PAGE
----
Cattles launches damages claim against PwC

PwC has said it will “vigorously” defend itself after Cattles launched a claim for damages against the accountancy giant.

The High Court action by the lender acuses PwC of allegedly failing in the way it audited Cattles’s accounts.

In a statement, PwC said: “We are disappointed that this claim has been issued given the FSA’s censure of the company for market abuse as well as the FSA’s conclusion that certain directors of Cattles plc were found to have acted without integrity in discharging their responsibilities. 

“This is an inflated and misguided claim and, as we have made clear before, we will vigorously defend our work.”

Cattles was a FTSE 250 company specialising in sub-prime lending but it got into difficulties when accounting irregularities were uncovered, revealing that it had been understating its bad debts and overstating its profits.  
The company’s shares were suspended in April 2009. Cattles left the stockmarket in 2011 after its shares were bought by Bovess.

The claim against PwC by Batley-based Cattles and its subsidiary Welcome Financial Services accuses PwC of negligently auditing its 2006 and 2007 financial statements. As a consequence, Cattles claims the financial statements misstated the financial position of the group and cost it more than £1.6bn.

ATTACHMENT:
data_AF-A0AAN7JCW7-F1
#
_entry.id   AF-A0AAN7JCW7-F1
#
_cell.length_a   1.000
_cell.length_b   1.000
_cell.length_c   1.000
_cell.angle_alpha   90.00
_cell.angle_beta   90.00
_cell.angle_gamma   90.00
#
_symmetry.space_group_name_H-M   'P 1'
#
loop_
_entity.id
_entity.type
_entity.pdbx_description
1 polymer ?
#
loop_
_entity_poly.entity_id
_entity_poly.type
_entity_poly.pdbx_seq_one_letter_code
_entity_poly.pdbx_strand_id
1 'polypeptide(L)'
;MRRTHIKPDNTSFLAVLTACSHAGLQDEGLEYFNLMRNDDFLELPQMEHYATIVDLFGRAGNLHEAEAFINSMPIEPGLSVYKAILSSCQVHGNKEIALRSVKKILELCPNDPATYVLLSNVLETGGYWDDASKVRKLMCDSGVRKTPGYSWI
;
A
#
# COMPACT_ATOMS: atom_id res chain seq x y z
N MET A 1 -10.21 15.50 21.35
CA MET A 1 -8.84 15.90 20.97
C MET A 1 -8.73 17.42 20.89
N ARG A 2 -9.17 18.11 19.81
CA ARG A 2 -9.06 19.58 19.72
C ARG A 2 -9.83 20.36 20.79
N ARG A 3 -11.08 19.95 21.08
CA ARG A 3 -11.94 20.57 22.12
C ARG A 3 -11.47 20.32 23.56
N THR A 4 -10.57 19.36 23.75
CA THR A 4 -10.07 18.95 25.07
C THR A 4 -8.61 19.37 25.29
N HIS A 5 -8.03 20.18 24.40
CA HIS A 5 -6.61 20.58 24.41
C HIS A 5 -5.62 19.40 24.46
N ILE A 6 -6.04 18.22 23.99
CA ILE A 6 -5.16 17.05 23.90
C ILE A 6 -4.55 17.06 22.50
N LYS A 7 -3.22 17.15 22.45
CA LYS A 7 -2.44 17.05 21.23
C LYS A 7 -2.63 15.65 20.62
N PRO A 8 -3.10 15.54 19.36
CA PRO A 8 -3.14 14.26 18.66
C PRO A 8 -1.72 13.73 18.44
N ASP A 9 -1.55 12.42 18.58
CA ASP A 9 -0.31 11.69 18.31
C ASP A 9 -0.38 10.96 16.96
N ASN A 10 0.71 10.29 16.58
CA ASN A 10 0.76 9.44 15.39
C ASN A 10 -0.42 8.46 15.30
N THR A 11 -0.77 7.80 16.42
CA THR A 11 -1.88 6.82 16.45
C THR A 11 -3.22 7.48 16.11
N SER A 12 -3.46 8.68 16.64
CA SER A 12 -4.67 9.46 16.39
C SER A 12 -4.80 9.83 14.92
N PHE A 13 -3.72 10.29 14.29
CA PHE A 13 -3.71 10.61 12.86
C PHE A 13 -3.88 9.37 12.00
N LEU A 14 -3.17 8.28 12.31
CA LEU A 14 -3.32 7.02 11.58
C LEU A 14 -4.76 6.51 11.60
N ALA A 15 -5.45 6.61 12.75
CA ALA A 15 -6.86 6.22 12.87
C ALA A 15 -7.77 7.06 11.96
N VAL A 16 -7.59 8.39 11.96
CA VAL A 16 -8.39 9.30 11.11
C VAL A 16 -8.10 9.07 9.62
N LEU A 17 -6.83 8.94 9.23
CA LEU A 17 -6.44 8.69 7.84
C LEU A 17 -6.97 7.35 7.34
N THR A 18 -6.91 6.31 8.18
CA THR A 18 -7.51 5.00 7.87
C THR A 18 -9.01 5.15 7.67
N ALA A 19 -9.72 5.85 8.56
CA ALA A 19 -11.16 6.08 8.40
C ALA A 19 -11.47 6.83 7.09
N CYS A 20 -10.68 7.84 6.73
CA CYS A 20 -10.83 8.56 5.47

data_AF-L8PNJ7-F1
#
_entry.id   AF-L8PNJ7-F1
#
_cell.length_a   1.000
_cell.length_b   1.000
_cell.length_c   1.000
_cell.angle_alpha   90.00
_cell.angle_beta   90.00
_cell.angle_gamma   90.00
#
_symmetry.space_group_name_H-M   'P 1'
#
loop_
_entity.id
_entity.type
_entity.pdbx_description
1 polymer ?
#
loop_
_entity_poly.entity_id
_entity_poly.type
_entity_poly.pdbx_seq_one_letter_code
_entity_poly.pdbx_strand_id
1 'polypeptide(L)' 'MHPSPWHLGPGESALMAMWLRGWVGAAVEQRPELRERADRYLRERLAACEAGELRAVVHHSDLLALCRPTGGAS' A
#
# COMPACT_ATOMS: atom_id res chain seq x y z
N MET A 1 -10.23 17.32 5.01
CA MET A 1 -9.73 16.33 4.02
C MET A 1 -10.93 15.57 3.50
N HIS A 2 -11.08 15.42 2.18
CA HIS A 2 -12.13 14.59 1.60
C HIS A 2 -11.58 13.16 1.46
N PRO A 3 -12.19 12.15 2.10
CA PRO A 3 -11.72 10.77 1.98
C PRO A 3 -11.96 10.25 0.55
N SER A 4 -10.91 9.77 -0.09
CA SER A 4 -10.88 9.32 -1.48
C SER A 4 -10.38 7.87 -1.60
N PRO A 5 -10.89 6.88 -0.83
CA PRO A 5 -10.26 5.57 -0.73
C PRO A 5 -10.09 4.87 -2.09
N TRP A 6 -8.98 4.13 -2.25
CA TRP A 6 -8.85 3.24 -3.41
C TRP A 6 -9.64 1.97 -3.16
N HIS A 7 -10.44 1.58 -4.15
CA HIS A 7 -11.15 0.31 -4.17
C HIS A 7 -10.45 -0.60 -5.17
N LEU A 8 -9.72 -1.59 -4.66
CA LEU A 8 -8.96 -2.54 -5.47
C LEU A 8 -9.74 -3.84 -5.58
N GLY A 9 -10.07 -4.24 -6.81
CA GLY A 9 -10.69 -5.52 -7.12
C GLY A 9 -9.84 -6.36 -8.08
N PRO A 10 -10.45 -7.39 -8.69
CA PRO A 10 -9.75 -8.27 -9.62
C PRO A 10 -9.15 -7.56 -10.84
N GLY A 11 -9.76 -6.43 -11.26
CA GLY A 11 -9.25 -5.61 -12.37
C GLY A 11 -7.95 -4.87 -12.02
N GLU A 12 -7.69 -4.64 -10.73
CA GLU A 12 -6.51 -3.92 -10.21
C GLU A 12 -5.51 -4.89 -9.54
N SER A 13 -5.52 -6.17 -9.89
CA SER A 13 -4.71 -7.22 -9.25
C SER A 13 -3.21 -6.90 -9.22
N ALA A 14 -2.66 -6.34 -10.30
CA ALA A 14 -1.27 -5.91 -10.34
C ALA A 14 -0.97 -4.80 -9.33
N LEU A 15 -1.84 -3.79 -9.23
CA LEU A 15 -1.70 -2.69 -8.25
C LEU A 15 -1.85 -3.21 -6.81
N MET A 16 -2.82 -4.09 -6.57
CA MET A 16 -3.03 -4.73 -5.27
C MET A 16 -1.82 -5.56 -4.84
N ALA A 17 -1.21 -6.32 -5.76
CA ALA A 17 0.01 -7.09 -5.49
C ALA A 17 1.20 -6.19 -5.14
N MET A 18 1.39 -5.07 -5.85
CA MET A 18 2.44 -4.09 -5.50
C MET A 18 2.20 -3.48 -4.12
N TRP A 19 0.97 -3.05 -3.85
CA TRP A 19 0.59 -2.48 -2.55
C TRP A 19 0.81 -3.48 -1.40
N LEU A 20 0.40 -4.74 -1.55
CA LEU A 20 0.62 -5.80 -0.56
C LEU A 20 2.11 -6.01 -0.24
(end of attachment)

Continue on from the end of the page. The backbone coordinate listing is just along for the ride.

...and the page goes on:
Cattles said: “After a thorough, independent and objective review of the merits of this claim, it is clear to us that PwC were negligent in their role as auditors,” said a spokesman for Cattles.
“As a consequence, Cattles and its creditors suffered very significant losses. It is therefore in the best interests of the creditors of Cattles that this claim is properly pursued to enable creditors to be appropriately and fairly compensated.”

The Financial Services Authority (FSA) fined and banned two former directors of Cattles and its subsidiary Welcome Financial Services last March for publishing “misleading information” to investors.

Cattles claims that it continued to lend for two years untuil 2009 when it should not have done so as PwC “fundamentally mis-stated” its finances.